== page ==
Protecting the African Caribbean culture in the British Jewellery Trade: Black JQ Guild

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In this article, local jeweller Norma Jean Banton Murrain, talks about the newly launched “Black JQ Guild” working to better promote, celebrate and protect the African Caribbean community in the British Jewellery Trade.

My name is Norma Jean Banton Murrain, I have been making jewellery since 2002 and have been based in Birmingham’s Jewellery Quarter since 2004. The callous murder of George Floyd in America and the ensuing protests have highlighted the insidious practice of institutionalised racism in the U.K., including in the British Jewellery trade.

Kassandra Lauren Gordon, a black female jeweller from London, was the first to make the bold move of writing an open letter to the U.K. jewellery trade and initiated a ‘black jewellers hardship fund’ to offer much-needed support to black jewellers.

Feeling that much more needed to be done to address the issue, I started meeting with other black jewellers in Birmingham’s JQ to discuss our personal experiences of racism and how we can better support each other.

The incidences of racism have shocked even me. One of our jewellers told of being arrested just walking down the street as police said that he fit the description of someone they were looking for regarding a crime in the area.

Our youngest jeweller, aged 20, told of being the only black youth in a class of middle-aged white women. “They were all nice enough” he said, “but they kept asking if they could touch my dreadlocks and making comments about my hair which made me feel uncomfortable so I dropped out, I just couldn’t deal with them”.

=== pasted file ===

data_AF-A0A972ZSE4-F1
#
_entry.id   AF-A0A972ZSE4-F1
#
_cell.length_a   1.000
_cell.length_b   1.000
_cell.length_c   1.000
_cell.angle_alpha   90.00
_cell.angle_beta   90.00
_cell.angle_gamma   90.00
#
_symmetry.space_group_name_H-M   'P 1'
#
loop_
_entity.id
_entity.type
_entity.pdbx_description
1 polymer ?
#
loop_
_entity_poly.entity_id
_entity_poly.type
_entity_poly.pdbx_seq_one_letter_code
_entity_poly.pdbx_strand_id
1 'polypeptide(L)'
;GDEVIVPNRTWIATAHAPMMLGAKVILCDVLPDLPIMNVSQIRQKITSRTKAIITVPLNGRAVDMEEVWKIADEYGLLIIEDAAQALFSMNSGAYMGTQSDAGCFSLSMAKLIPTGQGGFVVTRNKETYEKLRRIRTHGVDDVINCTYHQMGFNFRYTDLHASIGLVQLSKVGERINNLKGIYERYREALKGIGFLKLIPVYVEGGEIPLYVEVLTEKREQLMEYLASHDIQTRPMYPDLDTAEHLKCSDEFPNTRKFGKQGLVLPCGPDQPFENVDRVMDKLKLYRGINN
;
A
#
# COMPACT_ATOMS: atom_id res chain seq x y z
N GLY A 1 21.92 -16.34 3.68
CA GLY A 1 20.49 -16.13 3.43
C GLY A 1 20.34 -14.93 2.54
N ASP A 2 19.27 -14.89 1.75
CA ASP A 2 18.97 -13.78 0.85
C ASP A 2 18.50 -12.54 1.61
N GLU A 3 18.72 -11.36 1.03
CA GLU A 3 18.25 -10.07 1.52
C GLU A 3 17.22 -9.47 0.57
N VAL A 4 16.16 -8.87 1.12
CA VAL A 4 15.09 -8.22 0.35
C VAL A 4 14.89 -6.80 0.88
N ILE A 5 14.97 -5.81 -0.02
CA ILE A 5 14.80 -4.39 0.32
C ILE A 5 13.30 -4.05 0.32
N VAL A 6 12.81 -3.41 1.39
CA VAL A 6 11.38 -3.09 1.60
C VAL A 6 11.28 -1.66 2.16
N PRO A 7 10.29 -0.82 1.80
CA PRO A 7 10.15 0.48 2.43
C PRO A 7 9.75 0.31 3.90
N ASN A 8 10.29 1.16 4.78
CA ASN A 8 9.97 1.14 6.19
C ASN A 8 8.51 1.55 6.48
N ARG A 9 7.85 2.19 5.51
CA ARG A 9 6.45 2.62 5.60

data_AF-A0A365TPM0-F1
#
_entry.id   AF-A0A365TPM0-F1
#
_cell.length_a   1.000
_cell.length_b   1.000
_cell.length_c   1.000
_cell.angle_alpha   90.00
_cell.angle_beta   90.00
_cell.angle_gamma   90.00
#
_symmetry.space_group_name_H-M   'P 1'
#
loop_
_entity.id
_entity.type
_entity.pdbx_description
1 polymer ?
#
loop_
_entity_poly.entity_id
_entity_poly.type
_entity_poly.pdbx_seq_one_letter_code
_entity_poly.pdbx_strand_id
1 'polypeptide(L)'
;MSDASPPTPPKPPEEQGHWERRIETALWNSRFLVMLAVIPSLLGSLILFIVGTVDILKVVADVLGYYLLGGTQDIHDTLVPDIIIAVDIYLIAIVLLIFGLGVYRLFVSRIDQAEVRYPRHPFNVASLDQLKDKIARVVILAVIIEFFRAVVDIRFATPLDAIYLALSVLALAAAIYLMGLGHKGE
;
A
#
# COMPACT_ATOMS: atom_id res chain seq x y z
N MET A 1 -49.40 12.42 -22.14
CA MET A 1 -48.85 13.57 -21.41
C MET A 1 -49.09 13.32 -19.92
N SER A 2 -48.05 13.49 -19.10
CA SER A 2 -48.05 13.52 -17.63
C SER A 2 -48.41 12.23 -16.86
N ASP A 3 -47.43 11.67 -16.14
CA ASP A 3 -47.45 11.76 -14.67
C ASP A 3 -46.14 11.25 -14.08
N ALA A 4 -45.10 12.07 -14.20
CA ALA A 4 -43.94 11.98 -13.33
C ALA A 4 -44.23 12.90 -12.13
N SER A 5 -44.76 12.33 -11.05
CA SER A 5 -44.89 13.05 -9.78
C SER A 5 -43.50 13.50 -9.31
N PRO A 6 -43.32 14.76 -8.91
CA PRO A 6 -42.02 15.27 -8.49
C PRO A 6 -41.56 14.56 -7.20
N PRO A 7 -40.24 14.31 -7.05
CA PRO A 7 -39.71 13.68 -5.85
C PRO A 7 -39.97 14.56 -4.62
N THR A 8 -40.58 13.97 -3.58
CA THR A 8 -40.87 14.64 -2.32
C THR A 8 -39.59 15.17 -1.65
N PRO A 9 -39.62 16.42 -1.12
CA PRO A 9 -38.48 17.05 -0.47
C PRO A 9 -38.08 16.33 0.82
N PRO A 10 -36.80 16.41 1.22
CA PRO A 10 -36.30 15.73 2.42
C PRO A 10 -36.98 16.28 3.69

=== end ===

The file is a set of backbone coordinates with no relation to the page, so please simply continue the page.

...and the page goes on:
As a jewellery designer, I’ve been called names, ignored, overlooked, and refused credit. Whilst paying money to attend private jewellery schools there was always a reason why I was excluded from exhibitions. At one such school, whilst doing a chasing class using tar as pitch, the instructor told the class “when you think of the tar, just think of Norma: hot black stuff“, everyone laughed. There were about 6 white women in the class and I was horrified that no one had the good sense to contradict him. When I complained to the school I wasn’t supported so I dropped out, I never received a refund.

Other incidents of racism experienced by myself have included my website being hacked and pasted with anti-Christian and racist words and the workshop upstairs being broken into and vandalised with nazi symbols and anti-Christian slogans.

The Black JQ Guild

We therefore decided to form the Black JQ Guild to: ‘Preserve, protect, celebrate, promote and pass on the rich legacy of African Caribbean culture in the British Jewellery Trade’. The Guild now boasts a combined total of over 200 years experience in the jewellery trade and also offers services such as polishing, gold plating, stone setting and CAD.

We would love to hear from black jewellers from all over the U.K. so we can help support each other.

In the interest of passing on our legacy and supporting the next generation of black master jewellers, we are developing a decolonised, culturally relevant creative academy. We hope to start with around 6 young people aged 18- 25 in October this year.

If you are a black jeweller who would like to be supported by our guild, it’s completely free to join! We are currently meeting once a week in the Jewellery Quarter – you can either join us in person or via zoom. We want to celebrate you and see you thrive.

If you are someone who would like to offer support to our projects such as promotion, sponsorship, tools, mentoring or employment we would love to hear from you too. Please email: or call 0121 554 4575. We are also currently fundraising towards the Academy on GoFundMe.

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